The Massachusetts legislature yesterday enacted Senate Bill No. 1059, which makes triple damages mandatory for a variety of state wage and hour infractions, including incorrect calculation of overtime pay, and underpayment of commissions, regardless of whether the violation was the result of a good faith mistake.
The law, entitled “An Act to Clarify the Law Protecting Employee Compensation” was enacted after the legislature refused to adopt Governor Deval Patrick’s recommendation that these changes be brought into line with the federal Fair Labor Standards Act of 1938, which provides employers with a defense to multiple damage awards where the employer acted in good faith. As Governor Patrick explained, “mandating treble damages in all cases and without any exception for employers who act in good faith is unfairly punitive.” The bill becomes law effective on July 13, 2008.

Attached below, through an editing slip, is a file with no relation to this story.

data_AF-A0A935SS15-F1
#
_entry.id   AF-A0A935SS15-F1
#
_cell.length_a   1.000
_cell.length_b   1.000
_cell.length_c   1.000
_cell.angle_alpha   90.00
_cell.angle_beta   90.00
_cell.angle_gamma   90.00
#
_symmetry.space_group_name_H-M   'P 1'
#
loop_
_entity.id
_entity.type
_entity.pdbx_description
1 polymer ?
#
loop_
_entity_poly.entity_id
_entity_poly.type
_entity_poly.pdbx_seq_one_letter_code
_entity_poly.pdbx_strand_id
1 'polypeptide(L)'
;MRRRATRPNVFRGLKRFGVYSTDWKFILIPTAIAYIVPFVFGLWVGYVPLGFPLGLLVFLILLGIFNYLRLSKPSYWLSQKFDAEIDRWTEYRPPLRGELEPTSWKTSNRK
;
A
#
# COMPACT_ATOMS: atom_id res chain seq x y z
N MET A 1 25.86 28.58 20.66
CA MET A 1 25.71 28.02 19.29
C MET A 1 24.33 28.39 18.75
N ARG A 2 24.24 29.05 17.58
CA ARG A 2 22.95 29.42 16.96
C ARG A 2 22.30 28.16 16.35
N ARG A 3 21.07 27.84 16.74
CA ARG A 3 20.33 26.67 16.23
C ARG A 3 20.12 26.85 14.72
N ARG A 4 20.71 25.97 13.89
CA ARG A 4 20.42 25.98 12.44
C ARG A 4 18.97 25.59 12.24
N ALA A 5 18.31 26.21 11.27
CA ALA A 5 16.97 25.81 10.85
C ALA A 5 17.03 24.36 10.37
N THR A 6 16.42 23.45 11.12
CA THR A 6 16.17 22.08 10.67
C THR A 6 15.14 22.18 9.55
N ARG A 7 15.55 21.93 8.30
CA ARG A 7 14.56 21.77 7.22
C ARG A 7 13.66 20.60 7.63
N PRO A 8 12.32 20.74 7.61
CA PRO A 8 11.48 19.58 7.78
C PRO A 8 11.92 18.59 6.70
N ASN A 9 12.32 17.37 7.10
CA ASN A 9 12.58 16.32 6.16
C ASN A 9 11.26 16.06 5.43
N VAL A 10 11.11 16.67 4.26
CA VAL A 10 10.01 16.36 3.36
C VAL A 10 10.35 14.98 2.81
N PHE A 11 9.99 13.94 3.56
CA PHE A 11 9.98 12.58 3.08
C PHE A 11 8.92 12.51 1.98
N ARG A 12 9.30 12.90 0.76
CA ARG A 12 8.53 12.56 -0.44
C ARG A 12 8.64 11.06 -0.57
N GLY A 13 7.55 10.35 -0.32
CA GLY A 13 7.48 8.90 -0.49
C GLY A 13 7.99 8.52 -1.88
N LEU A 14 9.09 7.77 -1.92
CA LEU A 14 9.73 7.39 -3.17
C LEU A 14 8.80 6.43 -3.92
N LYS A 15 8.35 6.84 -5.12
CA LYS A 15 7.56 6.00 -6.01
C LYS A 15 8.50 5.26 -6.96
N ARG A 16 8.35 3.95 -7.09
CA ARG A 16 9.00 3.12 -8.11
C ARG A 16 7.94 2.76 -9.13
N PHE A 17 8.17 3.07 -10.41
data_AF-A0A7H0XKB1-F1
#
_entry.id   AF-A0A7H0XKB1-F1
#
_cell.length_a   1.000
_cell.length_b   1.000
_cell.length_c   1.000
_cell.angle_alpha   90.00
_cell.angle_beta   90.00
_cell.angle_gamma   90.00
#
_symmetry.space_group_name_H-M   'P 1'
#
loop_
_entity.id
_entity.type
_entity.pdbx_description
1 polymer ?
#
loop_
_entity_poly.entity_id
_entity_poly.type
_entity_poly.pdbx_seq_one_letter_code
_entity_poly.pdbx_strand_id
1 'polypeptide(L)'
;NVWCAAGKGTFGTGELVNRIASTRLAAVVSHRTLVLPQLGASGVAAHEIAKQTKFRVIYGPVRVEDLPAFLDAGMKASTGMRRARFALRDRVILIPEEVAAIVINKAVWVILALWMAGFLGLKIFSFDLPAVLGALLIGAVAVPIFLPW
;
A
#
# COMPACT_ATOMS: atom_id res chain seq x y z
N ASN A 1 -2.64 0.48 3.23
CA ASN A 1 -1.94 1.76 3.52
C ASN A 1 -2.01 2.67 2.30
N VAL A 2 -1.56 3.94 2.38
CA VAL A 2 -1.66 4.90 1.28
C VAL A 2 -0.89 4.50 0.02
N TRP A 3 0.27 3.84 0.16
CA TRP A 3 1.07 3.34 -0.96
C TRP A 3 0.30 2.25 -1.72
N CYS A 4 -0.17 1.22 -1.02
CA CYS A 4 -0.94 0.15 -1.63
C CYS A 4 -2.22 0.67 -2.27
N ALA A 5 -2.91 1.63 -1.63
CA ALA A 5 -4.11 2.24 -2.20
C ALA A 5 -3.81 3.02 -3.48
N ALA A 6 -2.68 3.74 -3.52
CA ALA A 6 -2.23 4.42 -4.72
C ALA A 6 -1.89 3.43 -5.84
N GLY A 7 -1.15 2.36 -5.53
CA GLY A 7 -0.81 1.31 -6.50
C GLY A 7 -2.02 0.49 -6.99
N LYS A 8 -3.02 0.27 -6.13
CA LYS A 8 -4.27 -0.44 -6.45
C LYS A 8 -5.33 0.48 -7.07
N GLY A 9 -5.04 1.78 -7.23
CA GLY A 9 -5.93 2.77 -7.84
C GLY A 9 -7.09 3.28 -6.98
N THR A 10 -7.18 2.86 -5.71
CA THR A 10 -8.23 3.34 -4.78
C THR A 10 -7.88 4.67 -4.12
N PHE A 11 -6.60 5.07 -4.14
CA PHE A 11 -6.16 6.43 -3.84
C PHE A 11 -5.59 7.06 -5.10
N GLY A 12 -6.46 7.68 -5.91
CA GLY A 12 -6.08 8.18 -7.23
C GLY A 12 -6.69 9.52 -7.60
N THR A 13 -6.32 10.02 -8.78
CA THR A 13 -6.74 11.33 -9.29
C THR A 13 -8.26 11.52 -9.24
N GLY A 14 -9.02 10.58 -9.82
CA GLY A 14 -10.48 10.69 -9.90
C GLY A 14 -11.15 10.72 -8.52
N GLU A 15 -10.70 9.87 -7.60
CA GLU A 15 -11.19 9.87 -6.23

The law responds in part to the case of Wiedmann v. Bradford Group, Inc., 444 Mass. 698 (2005), and prior cases, which gave judges discretion to award multiple damages where an employer willfully violated state wage and hour laws. The new law eliminates any discretion formerly vested in judges, and instead compels the award of triple damages regardless of whether an employer erroneously acted in good faith in failing to pay the correct overtime, commissions or other wages. In addition to the triple damages provision, Massachusetts state wage law already mandated that employers pay plaintiff attorney’s fees, and costs of litigation to prevailing employees.